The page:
Wednesday, June 24, 2009

Generation Who?

You’ve heard of the Traditionalists (1992-1945), the Baby Boomers (1946-1964), Generation X (1965-1980), and Generation Y (1981-1995), but now Generation Z is entering the our markets. So who are these Gen Zers?

According to Wikipedia, Gen Zers are the individuals born between the mid-1990s through the early 2000s. Gen Zers follow Generation Y and are typically the children of the Baby Boomers, Generation X and Generation Y. Another name for this Generation is the New Silent or Homeland Generation.

Gen Z, like Generation Y, is viewed as being highly connected by having multiple ways of communication through different media resources. For example, these individuals tend to use the World Wide Web, instant messaging, text messaging, DVD’s, YouTube, and cellular phones to connect personally and professionally. Though we thought Generation Y was the most technologically advanced group, it has been said that Gen Z will be the most technologically advanced group among the other generations.

Gen Zers have grown up in a world with relatively widespread gender equality at work and in the home, as well as in a two-income home. Gen Zers are seen as needing structured activities. However, it is predicted Gen Z will develop strong social conscience and work ethic as they grow older.

It is important for marketers to understand the characteristics and behaviors of this new generation because these individuals have or will start making their own purchasing decisions to fit their needs and desires. Therefore, it is important for businesses and organizations to properly target Gen Z along with the other generations within the business’s marketing mix.

What is a marketing mix? A marketing mix has four different categories: product, price, place, and promotion (the Four Ps). When a product is being considered for marketing, characteristics like the brand, packaging, styling, functionality, warranty, and accessories help the business determine who they will be targeting. For instance; a feminine product may be packaged in pink, whereas a masculine product may be packaged black or blue.

The price decisions are encountered when the business determines the pricing strategy, whether to offer bulk discounts, bundling, price flexibility, and a suggested retail price. When marketing the pricing structure to Gen Zers, the business should understand tha Gen Zers are not very price sensitive. They appear not to care how much things cost unlike the Traditionalists or Baby Boomers.

When considering the place or distribution of a product, businesses have different avenues to choose from in order to get their product out to the customers. For instance, warehousing, distribution centers, transportation, ordering processes, and inventory management are a few items that are included in the marketing mix for the distribution of products. If marketers choose to market to Gen Zers, they will find it most beneficial to market and advertise their products online and offer a one stop shopping experience for this generation.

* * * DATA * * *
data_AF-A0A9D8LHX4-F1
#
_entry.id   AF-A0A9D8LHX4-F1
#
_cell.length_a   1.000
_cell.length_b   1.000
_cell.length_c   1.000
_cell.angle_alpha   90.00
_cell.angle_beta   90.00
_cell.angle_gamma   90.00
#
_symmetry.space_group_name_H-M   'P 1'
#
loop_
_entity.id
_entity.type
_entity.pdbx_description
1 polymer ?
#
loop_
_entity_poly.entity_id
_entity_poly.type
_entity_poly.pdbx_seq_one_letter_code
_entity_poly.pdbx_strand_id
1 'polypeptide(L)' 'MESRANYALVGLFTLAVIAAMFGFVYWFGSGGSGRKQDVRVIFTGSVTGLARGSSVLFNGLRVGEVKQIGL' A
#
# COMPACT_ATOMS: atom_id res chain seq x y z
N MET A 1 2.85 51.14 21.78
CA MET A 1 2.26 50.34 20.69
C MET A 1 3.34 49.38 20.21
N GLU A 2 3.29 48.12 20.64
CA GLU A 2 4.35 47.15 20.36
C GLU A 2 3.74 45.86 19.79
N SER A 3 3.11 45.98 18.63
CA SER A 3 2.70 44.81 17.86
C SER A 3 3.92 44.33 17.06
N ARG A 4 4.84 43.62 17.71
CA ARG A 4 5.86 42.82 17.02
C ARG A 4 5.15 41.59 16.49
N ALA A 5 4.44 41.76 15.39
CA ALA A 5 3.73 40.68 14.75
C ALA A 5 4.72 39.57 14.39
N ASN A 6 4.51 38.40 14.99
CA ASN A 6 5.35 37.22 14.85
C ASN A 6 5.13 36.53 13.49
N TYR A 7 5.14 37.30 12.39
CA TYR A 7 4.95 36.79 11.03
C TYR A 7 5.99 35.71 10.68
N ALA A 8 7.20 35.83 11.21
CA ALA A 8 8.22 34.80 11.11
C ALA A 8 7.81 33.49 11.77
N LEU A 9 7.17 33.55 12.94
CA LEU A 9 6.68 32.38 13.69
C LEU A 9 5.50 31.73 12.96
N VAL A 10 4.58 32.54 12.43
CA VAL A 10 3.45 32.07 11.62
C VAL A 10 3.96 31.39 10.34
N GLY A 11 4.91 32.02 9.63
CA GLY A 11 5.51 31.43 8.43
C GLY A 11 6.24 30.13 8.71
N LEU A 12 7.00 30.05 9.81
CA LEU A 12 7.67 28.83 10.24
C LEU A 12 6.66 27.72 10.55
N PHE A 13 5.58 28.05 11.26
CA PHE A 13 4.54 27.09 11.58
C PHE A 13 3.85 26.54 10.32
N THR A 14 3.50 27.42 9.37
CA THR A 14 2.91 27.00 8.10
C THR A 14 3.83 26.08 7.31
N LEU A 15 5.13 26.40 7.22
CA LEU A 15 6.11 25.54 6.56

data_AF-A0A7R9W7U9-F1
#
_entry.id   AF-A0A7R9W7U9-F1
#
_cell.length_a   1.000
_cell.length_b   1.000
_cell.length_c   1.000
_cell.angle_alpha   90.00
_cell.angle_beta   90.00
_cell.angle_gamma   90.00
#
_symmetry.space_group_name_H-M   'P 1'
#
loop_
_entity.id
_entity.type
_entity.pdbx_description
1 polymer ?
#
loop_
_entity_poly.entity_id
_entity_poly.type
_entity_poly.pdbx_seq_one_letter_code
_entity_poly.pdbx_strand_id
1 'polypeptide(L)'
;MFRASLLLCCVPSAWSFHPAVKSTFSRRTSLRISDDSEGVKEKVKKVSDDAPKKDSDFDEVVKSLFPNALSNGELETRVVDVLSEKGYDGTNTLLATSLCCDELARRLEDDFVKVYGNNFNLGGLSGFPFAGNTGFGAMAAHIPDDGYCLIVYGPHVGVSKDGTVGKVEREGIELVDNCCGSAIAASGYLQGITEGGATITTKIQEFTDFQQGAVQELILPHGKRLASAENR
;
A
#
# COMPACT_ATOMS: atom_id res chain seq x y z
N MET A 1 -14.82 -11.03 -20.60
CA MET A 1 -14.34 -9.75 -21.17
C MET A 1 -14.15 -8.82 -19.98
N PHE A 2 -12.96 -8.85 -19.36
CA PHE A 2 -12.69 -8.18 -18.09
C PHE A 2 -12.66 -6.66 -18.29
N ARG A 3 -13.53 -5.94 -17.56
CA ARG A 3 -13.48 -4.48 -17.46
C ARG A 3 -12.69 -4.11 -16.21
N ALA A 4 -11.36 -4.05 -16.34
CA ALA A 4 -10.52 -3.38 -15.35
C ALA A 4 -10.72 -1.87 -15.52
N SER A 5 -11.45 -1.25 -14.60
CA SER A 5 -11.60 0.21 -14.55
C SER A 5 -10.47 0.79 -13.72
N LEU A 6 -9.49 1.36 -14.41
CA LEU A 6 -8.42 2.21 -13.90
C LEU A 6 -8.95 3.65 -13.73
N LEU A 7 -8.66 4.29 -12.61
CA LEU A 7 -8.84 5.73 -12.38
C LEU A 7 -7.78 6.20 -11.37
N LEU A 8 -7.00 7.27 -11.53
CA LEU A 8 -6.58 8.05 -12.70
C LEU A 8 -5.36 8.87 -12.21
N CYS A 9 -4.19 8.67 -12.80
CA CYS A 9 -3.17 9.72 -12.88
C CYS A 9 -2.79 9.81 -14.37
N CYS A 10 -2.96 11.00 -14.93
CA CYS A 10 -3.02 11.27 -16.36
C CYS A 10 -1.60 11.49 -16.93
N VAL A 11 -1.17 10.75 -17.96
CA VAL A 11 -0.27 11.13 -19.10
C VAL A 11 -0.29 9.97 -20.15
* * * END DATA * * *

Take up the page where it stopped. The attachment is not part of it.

Lastly, promotion is the marketing communication a businesses use to get the word out about their products. This includes advertising, sales promotions, personal selling and the marketing communication budget. Of the Four Ps, businesses would need to focus mainly on promotion in order to earn the business and loyalty of Gen Zers. The main point of interest would be to advertise online on websites and social networks Gen Zers frequently visit.


1 comment:

  1. Thoughtful and insightful essay. Kudos. But it’s missing an important part of the equation: Generation Jones, born 1954-1965, between the Boomers and Generation X.

    Google Generation Jones, and you’ll see it’s gotten a ton of media attention, and many top commentators from many top publications and networks (Washington Post, Time magazine, NBC, Newsweek, ABC, etc.) now specifically use this term. The Associated Press' annual Trend Report chose the Rise of Generation Jones as the #1 trend of 2009.

    It is important to distinguish between the post-WWII demographic boom in births vs. the cultural generations born during that era. Generations are a function of the common formative experiences of its members, not the fertility rates of its parents. Many experts now believe it breaks down this way:

    DEMOGRAPHIC boom in babies: 1946-1964
    Baby Boom GENERATION: 1942-1953
    Generation Jones: 1954-1965
    Generation X: 1966-1978

    Here's a page with a good overview of recent stuff about GenJones: